By Ben Weiner | CEO, Conjungo
Compliance and legislation is can be a minefield. What organisations can or cannot do are covered in host of laws and regulations. This edition, we’ll be investigating the whole issue of privacy and marketing databases including the do’s and don’t s.
From a marketing perspective, data is critical to most organisations and naturally to marketers. The more we know about our target audience the better informed we will be in terms of effectively send messages that will be of maximum value. Marketing is no longer an ‘art’ – it’s a very distinct science and the more technical it becomes it appears that more laws are put in place to protect the rights of individuals and organisations and quite rightly so.
We’re all aware of the dreaded ‘spam’ or unwanted and unsolicited email that by and large goes into a designated folder in our email systems. None the less, it is irritating and of course a waste of time and resource because I for one still have to check my ‘spam’ folder just in case…….and yes, quite often I will find an email that shouldn’t be there and of course vice versa.
So, what do marketing departments need to conform to?
•only collect information that you need for a specific purpose;
•keep it secure;
•ensure it is relevant and up to date;
•only hold as much as you need, and only for as long as you need it; and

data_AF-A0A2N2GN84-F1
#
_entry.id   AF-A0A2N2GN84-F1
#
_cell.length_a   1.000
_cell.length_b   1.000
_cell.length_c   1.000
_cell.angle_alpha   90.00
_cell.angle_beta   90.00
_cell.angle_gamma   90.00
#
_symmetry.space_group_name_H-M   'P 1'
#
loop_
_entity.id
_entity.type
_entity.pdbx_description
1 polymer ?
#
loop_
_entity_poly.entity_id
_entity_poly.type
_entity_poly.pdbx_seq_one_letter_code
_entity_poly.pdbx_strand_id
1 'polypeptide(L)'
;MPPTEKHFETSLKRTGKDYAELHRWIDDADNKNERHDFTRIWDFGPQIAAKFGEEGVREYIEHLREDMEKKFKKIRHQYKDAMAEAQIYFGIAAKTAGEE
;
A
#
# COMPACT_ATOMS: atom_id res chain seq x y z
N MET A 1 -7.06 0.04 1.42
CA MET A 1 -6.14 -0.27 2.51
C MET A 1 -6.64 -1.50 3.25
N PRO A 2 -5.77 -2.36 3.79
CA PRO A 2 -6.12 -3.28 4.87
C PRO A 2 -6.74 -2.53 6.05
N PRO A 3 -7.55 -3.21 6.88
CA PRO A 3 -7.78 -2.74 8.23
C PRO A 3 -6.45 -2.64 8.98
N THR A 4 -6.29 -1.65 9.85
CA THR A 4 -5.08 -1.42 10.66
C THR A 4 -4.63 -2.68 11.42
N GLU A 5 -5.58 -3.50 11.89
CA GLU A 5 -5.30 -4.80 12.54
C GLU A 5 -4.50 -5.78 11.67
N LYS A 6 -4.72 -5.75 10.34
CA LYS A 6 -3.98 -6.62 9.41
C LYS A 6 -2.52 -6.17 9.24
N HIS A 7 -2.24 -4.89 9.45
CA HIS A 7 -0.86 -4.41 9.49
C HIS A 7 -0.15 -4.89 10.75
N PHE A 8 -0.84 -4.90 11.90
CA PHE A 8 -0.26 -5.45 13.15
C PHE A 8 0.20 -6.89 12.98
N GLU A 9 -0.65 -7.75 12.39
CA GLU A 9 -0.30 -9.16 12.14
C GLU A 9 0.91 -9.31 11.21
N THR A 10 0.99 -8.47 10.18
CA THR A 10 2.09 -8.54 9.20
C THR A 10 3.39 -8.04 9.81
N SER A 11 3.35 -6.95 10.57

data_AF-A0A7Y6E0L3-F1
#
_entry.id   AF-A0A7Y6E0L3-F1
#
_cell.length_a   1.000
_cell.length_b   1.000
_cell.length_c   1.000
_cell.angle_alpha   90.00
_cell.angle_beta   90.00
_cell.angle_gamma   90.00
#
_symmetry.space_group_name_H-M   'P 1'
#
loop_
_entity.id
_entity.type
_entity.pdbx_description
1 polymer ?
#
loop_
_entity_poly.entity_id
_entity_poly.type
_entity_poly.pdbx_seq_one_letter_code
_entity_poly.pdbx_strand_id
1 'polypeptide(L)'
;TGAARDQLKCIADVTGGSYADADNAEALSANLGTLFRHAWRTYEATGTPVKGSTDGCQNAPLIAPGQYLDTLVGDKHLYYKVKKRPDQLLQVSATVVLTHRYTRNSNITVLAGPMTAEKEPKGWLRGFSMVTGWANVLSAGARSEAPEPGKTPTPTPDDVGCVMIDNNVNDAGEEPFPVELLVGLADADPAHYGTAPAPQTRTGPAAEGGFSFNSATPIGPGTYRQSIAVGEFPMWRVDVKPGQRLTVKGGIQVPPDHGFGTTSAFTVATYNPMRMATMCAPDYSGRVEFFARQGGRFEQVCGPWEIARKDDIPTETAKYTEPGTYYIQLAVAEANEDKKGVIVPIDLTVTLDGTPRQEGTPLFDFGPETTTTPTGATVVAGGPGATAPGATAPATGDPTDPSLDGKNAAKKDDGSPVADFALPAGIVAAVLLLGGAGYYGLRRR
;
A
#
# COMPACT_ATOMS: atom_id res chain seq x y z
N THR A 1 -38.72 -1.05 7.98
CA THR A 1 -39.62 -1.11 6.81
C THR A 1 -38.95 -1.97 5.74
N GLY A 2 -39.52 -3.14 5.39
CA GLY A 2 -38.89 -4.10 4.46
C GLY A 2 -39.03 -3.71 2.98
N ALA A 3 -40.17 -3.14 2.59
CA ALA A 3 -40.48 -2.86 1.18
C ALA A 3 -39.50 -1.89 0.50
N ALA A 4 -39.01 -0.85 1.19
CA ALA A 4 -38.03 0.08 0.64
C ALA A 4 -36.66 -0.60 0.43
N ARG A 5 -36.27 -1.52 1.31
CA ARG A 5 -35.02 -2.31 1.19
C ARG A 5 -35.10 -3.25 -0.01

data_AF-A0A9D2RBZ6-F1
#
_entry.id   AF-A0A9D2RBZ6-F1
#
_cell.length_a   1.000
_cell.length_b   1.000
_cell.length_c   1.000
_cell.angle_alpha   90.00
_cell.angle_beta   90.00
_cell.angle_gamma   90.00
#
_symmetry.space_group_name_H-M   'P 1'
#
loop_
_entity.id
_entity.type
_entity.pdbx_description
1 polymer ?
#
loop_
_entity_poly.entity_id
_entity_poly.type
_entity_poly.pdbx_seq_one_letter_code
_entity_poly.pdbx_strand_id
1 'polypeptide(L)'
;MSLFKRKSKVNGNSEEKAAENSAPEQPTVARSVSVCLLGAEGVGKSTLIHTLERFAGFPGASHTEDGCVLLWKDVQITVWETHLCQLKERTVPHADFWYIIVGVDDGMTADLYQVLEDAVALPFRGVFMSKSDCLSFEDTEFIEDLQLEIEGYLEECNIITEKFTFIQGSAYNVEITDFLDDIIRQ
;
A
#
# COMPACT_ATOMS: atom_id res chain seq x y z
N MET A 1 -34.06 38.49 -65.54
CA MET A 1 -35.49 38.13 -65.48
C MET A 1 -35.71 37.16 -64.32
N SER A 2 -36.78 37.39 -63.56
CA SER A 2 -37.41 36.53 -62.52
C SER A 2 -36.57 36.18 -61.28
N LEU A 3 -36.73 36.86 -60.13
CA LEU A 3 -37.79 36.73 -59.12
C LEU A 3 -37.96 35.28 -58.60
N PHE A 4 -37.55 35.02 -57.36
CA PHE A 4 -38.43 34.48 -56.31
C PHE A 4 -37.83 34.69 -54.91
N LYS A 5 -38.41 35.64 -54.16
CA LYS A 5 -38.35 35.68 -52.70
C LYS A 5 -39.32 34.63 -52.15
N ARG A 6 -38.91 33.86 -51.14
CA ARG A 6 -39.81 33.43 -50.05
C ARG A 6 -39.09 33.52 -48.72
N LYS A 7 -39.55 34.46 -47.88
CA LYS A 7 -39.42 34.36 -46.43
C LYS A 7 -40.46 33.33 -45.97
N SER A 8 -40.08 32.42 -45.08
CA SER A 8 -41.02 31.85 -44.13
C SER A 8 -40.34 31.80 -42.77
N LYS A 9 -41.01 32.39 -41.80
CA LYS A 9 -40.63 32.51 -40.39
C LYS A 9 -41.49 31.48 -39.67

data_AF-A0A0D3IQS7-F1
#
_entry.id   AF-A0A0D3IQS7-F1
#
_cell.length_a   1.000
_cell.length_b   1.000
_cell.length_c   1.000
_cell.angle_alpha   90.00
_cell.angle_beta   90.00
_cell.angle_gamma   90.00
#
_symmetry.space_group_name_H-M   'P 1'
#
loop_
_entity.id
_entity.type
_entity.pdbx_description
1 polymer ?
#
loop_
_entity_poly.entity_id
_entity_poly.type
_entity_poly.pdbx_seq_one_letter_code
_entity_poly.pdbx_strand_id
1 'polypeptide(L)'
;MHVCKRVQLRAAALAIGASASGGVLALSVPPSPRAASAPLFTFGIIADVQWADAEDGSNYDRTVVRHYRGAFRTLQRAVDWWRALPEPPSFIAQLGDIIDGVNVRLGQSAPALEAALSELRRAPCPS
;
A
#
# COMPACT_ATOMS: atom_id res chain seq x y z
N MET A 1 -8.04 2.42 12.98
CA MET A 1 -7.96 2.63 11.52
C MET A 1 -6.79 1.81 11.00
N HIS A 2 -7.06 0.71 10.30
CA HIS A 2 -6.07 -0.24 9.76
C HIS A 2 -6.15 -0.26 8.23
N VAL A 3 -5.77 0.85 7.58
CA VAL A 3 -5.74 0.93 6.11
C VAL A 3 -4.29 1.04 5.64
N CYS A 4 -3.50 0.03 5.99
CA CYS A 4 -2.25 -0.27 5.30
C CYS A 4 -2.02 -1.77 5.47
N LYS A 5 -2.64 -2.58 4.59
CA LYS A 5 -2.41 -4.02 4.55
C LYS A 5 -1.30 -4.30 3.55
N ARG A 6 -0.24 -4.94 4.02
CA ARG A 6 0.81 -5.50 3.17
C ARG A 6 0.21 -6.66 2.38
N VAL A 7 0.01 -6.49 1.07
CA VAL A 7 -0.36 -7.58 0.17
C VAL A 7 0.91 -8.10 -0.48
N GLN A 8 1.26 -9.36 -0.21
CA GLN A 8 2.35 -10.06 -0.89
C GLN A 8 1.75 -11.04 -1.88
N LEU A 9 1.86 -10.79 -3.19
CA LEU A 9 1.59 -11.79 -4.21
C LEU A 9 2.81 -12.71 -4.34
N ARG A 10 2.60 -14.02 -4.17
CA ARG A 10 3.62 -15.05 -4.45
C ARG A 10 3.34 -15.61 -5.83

•allow the subject of the information to see it on request.
If your organisation is considering marketing campaigns, you need to be aware of conditions and regulations that must be adhered to. If you are planning a marketing campaign, you'll have to comply with a number of regulations. This applies to messages sent by telephone, fax, email or text and some regulations apply to those sent via post.
Electronic mail marketing
The critical point is to be aware that you can only execute an email marketing campaign if the person you are contacting have specifically given you permission to do so.
However, there is an exception known as the 'soft opt-in'.
This rule applies for the following conditions:
•When a person’s details have been obtained as part of a sale or negotiation of a product or service
•Where the marketing message is communicating similar products or services
•The individual is given the opportunity to refuse similar marketing initiatives when their details are collected, and if they don't opt out they are allowed easily to do so in future messages.
Furthermore, when your organisation sends an electronic marketing message, the recipient must be informed who it from and given a valid contact address.
While these rules on emails don't apply to emails sent to organisations, though you must still identify who you are and provide a valid address.
Telephone marketing have additional rules: The Telephone Preference Service (TPS) and Fax Preference Service (FPS) are managed by the Direct Marketing Association . This rule allows people to register their numbers to opt out of receiving unsolicited calls or faxes. Under no circumstance must you or your organisation market to individuals or organisations who have registered their numbers with the TPS or FPS.
It is recommend that your marketing campaigns are always ‘permission-based’ and that you clearly explain what a person's details will be used for and allow an easy way for them to opt out of receiving further messages and ultimately have a working system in place for dealing with complaints and associated issues.